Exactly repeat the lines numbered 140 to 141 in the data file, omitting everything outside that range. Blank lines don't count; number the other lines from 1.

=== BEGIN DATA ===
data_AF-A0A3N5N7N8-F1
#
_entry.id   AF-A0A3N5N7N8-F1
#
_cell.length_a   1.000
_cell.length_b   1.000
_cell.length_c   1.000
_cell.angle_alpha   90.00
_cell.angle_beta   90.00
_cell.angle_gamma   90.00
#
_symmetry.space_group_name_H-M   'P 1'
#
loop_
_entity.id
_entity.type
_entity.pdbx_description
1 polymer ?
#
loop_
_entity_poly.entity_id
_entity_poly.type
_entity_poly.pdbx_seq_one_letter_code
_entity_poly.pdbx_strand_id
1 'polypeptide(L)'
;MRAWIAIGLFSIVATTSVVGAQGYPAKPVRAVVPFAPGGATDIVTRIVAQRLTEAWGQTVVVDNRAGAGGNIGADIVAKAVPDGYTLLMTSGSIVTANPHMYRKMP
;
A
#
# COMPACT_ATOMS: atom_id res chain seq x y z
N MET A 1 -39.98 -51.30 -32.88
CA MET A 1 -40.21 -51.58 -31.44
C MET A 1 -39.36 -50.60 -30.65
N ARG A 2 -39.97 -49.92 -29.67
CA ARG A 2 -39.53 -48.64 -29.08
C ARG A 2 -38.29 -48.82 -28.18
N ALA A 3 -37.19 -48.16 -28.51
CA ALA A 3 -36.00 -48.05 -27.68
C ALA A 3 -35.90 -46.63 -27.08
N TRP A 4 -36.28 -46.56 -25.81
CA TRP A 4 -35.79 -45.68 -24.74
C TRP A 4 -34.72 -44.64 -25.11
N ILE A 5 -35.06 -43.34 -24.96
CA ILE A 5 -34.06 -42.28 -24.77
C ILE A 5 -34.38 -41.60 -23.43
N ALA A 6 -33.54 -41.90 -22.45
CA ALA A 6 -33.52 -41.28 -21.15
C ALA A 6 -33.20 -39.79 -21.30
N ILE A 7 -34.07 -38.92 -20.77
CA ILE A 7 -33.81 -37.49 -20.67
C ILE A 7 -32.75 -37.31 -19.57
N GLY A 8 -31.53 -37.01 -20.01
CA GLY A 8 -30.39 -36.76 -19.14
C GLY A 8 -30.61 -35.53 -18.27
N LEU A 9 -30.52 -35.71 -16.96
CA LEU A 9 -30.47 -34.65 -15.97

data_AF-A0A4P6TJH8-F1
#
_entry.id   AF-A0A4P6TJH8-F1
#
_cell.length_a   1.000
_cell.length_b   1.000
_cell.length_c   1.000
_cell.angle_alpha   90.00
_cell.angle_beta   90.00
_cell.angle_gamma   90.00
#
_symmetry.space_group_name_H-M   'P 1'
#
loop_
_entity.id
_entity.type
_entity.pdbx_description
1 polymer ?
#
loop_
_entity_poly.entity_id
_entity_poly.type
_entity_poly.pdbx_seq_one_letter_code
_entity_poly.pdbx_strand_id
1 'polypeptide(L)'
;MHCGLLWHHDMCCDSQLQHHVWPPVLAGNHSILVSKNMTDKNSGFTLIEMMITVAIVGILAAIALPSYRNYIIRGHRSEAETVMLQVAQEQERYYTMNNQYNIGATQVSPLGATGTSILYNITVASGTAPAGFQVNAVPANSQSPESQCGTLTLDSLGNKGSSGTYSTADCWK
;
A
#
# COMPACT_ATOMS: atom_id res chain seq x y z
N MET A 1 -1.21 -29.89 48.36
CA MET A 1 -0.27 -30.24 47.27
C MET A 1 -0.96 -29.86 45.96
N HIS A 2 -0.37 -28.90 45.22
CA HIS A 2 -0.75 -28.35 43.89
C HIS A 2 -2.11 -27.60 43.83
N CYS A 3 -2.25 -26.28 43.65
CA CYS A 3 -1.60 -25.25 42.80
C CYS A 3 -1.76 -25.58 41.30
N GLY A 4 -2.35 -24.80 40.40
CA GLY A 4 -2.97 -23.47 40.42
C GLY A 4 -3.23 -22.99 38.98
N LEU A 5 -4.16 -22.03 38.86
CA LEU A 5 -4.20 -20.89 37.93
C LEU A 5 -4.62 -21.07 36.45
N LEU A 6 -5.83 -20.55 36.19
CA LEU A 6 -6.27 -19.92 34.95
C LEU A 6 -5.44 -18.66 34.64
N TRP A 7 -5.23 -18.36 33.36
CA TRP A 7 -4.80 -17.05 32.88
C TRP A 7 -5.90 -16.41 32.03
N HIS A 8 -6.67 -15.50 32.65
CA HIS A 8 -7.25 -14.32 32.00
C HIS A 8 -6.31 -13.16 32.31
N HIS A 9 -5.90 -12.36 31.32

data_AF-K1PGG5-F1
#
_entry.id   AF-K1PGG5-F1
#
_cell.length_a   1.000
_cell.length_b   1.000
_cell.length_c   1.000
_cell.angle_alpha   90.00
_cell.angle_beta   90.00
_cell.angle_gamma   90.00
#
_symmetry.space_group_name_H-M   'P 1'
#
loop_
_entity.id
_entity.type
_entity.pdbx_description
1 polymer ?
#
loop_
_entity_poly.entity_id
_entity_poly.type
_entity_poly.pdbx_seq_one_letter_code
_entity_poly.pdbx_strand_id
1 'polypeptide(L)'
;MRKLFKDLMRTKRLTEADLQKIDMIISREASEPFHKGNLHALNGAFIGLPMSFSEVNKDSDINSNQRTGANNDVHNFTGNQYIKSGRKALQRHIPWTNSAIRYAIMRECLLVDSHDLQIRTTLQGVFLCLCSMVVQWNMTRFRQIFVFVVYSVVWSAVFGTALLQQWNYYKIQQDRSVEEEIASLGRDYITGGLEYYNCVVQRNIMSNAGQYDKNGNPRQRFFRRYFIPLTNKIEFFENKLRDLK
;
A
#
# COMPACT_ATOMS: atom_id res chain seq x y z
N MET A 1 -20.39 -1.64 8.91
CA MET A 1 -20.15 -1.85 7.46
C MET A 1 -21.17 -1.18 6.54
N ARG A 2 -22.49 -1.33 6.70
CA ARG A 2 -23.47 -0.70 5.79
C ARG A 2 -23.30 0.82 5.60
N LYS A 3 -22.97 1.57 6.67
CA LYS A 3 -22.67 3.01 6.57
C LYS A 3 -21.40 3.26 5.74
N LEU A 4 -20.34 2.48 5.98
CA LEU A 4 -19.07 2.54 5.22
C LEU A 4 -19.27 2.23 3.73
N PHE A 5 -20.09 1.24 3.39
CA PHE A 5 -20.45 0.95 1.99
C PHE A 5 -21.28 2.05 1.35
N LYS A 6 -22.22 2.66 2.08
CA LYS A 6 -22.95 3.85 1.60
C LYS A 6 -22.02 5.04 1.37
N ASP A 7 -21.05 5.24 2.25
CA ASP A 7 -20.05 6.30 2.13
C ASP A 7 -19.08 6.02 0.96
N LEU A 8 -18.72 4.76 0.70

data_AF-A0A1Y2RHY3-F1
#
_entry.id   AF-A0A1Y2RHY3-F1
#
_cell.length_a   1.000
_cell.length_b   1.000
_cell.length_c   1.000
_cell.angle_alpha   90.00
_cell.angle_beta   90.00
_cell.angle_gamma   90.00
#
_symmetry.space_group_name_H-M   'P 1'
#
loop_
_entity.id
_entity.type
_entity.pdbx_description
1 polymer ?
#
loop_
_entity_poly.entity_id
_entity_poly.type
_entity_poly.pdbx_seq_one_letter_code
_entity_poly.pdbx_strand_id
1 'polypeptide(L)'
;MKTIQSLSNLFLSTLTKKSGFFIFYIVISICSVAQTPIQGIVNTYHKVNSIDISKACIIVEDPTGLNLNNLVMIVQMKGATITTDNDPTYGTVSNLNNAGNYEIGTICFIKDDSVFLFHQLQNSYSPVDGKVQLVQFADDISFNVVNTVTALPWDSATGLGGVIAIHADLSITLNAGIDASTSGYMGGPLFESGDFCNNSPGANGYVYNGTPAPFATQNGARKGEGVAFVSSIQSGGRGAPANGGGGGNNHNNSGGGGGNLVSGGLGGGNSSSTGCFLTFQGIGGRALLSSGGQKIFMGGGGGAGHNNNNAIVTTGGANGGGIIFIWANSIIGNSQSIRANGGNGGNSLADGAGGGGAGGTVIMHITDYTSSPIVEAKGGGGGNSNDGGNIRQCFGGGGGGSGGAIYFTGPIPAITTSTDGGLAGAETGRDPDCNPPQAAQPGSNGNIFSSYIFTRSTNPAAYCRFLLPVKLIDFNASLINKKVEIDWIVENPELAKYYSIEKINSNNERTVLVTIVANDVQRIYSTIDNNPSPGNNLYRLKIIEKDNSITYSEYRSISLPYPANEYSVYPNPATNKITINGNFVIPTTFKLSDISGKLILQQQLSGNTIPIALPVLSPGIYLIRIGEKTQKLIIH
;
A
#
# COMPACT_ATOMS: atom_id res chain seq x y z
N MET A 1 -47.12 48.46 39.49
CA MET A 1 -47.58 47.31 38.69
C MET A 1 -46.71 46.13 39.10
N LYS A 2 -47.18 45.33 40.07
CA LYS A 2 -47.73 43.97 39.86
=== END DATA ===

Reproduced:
#
# COMPACT_ATOMS: atom_id res chain seq x y z